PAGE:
May 13, 2011 By Matt Williams
A long-running joke among IT professionals is that CIO is short for “Career Is Over.” This dark humor often has rung true for state chief information officers. Those who ascend to a state CIO position are, on average, cast out within two or three years by a new governor or other political wind. This usually meant their public-sector career was finished. New governors rarely hired them, preferring someone from their inner circle or a candidate with private-sector credentials. Opportunities in cities, counties or higher education also were limited, as leaders of those institutions tended to pick a homegrown employee.
But times might be changing due to the tepid job market, the growing number of new tech-savvy governors and mayors, and increasing awareness that an experienced IT leader can help governments stretch lean budgets by driving efficiencies and cost savings. These factors and others are giving former state CIOs opportunities at other levels of government, where at one time they had little choice but to seek private-sector jobs.
During the past 12 months, several high-profile state CIOs took city or county positions. “It is unusual,” said Doug Robinson, executive director of NASCIO. “It’s not unusual to have what I would call ‘large urban’ city and county CIOs go to the state level. We saw that in the last couple of election cycles. But it is unusual for [state CIOs] to go back to — or at least consider — positions in the local level.”
One of the nation’s longest-serving state CIOs suddenly found himself looking for work last year. After 15 years as CIO of South Dakota, Otto Doll learned that the state’s new governor, Dennis Daugaard, wouldn’t retain him. Perhaps it was time. Doll had already bucked long odds when in 2002 former Gov. Michael Rounds retained him. Because of the lagging economy, Doll didn’t see as many corporate openings as there might have been in the past. “What I found was the IT industry was still retrenching, and there was a lot of talk toward, ‘Well, why don’t you hang your shingle, and we might consider you for a consultant contract, rather than a full-time position.’” There wasn’t a lot of movement in the private sector.
So Doll began applying for jobs in academia. He was surprised by the number of IT openings that colleges and universities were advertising — and that he was receiving strong consideration. As recently as five years ago, Doll never thought he would have had a shot. Now, more university presidents are looking for experienced CIOs, he said.
Doll decided to also look at the municipal route. “Local governments, whether they’re counties or cities, feel very comfortable that someone who has been a state CIO is, in a lot of respects, someone who deals with the same issues of governance and being a civil servant,” he said. Doll eventually took the job as CIO of Minneapolis, which he said is a good fit because he led a centralized IT agency in South Dakota that resembles the city’s technology department.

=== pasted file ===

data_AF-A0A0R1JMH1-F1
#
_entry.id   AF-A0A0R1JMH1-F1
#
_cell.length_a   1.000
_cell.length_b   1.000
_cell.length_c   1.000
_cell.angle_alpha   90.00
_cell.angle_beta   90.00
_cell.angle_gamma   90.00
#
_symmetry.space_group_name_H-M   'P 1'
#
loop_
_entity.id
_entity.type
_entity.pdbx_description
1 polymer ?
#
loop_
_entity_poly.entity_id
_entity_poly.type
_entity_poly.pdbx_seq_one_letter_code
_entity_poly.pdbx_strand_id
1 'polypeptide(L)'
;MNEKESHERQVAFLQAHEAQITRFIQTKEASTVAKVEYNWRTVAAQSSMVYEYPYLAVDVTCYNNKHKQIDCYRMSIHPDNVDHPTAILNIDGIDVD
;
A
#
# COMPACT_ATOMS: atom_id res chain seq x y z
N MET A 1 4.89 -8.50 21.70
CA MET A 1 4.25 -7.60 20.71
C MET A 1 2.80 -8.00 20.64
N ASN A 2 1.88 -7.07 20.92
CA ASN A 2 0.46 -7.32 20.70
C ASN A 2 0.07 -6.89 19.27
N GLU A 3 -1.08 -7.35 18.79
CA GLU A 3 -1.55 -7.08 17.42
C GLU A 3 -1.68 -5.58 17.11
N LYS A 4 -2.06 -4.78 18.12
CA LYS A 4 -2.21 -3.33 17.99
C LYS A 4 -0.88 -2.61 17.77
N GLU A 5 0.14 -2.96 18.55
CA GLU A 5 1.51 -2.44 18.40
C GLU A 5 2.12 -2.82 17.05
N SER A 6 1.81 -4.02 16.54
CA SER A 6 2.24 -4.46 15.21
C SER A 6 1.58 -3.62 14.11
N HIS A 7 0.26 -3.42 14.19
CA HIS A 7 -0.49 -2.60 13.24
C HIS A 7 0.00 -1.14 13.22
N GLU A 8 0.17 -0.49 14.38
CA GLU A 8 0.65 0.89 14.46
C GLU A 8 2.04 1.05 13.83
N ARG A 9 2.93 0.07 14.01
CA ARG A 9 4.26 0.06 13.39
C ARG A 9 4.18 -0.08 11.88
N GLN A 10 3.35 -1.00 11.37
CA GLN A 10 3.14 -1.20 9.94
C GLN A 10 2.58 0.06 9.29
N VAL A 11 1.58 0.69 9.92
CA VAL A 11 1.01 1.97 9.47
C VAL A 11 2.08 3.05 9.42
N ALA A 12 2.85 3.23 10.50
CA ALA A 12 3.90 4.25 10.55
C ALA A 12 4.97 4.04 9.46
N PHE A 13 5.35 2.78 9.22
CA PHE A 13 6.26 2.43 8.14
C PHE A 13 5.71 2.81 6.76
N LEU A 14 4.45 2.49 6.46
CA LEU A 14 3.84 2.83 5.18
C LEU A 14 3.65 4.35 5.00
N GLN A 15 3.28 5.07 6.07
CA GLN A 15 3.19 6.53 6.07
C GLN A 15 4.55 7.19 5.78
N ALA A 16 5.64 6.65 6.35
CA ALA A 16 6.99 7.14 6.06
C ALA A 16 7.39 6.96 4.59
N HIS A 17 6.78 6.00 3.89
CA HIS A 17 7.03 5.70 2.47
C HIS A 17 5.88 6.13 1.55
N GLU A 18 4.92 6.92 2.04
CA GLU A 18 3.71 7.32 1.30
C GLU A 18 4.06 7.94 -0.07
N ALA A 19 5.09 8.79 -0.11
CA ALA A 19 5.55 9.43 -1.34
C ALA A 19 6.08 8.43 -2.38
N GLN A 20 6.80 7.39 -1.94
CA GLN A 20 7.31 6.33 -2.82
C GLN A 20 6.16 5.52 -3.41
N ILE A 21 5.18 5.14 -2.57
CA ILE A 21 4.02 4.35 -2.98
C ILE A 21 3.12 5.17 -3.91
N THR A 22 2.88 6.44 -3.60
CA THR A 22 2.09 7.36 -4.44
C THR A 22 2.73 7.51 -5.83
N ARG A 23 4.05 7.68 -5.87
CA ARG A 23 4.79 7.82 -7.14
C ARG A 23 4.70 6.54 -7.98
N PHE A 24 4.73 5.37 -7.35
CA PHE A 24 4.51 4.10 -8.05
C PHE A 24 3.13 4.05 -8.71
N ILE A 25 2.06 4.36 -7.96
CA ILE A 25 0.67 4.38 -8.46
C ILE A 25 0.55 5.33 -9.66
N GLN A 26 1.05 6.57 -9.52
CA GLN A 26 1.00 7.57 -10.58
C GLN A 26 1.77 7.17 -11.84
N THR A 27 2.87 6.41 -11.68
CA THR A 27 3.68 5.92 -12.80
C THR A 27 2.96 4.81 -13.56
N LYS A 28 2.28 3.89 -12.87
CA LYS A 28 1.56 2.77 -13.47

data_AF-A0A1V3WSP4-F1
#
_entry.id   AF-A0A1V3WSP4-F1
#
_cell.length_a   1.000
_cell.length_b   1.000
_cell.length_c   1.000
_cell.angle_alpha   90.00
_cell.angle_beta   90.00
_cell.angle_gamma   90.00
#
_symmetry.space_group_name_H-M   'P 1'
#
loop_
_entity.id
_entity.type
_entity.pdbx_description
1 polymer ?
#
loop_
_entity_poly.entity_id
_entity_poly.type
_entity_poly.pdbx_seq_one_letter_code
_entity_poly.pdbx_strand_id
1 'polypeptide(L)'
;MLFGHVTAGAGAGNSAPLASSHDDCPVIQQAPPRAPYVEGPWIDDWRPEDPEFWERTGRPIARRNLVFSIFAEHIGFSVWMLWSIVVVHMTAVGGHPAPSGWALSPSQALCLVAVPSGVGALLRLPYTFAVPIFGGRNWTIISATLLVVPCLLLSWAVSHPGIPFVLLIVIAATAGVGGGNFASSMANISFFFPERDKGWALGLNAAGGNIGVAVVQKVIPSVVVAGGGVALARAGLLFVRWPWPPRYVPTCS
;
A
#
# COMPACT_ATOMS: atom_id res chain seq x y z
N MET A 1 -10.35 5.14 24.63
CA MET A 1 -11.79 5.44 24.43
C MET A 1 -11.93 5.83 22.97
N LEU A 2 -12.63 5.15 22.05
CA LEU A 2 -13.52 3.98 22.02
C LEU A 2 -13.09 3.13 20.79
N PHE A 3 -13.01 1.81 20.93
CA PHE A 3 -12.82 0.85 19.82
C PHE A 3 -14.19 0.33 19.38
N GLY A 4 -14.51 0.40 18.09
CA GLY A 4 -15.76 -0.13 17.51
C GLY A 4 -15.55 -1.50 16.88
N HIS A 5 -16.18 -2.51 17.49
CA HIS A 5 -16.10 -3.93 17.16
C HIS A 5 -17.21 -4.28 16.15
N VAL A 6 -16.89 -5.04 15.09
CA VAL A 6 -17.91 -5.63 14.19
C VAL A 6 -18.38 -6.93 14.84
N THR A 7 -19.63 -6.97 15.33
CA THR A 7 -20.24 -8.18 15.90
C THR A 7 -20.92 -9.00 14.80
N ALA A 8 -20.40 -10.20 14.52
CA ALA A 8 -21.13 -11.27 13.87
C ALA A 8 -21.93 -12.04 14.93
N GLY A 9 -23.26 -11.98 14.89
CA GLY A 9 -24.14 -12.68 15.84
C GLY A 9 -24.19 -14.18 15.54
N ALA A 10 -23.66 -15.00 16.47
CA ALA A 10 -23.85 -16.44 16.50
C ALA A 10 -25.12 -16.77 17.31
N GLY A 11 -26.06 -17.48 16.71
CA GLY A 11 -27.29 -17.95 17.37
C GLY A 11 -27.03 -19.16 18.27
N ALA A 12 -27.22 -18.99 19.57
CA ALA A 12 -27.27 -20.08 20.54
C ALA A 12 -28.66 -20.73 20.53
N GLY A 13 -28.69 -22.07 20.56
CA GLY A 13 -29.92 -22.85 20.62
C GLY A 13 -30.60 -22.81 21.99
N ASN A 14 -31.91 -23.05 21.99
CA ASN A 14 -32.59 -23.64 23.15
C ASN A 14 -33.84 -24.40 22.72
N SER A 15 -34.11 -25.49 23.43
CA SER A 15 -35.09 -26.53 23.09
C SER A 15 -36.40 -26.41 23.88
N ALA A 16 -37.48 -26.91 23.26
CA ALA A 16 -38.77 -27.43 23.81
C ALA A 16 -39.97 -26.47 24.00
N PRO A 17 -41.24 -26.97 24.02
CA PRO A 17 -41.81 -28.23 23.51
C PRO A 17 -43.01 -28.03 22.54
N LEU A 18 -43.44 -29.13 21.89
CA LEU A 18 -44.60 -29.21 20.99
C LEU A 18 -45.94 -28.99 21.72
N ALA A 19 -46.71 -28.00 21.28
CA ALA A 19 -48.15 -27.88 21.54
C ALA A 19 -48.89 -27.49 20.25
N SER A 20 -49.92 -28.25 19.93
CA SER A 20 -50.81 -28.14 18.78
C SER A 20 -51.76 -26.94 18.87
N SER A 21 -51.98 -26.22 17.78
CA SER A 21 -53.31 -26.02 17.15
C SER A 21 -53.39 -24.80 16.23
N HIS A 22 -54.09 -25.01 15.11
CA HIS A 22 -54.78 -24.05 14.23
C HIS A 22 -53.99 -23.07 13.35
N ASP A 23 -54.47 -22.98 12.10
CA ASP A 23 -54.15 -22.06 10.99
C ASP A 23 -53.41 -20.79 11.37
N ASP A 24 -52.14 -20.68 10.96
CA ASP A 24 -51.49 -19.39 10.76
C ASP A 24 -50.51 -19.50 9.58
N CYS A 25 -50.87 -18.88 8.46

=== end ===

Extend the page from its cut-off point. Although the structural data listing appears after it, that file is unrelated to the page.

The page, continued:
Recently other CIOs have followed similar paths. Greg Wass left as CIO of Illinois in 2010 on his own accord, choosing to become CIO of Cook County, Ill., the nation’s second-most populous municipal government, which includes Chicago. Wass already was familiar with Cook County’s IT needs. As state CIO, he rose early each morning — before leaving for his day job — to write a technology road map for the county at the behest of the Civic Federation, a nonpartisan research organization that aims to improve statewide government services. The county was mired in a $500 million budget hole, and Wass saw the chance to enact reforms and improve county transparency.
In like fashion, New York State Deputy CIO Rico Singleton said he wasn’t interested in working for a new governor, so he accepted Baltimore’s CIO position. Being one of the younger state-level CIOs in the U.S., Singleton said working for a city appealed to him because he thought it would be more stable and afford a longer tenure than a state-appointed job. Although he arrived in Baltimore five months ago, Singleton said he continues to field unsolicited calls from local governments interested in hiring him. For the first time in a long time — or maybe ever — state CIOs are in demand at other levels of government.
One might think that these former state-level CIOs are putting themselves at a disadvantage by walking on unfamiliar turf. Instead, they see the chance to gain ground.
For Wass, the opportunity to help Cook County move past its longtime reputation as a haven for corruption proved too tempting to pass up. “From a technology perspective,” he said, “I looked at things we have done at the state level in terms of server consolidation, virtualization, shared services and charge-backs.” Wass realized he could model his reform agenda for Cook County after the modernization program he had implemented for the state.
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This Digital Communities white paper highlights discussions with IT officials in four counties that have adopted shared services models. Our aim was to learn about the obstacles these governments have faced when it comes to shared services and what it takes to overcome those roadblocks. We also spoke with several members of the IT industry who have thought long and hard about these issues. The paper offers some best practices for shared government-to-government services, but also points out challenges that government and industry still must overcome before this model gains widespread adoption.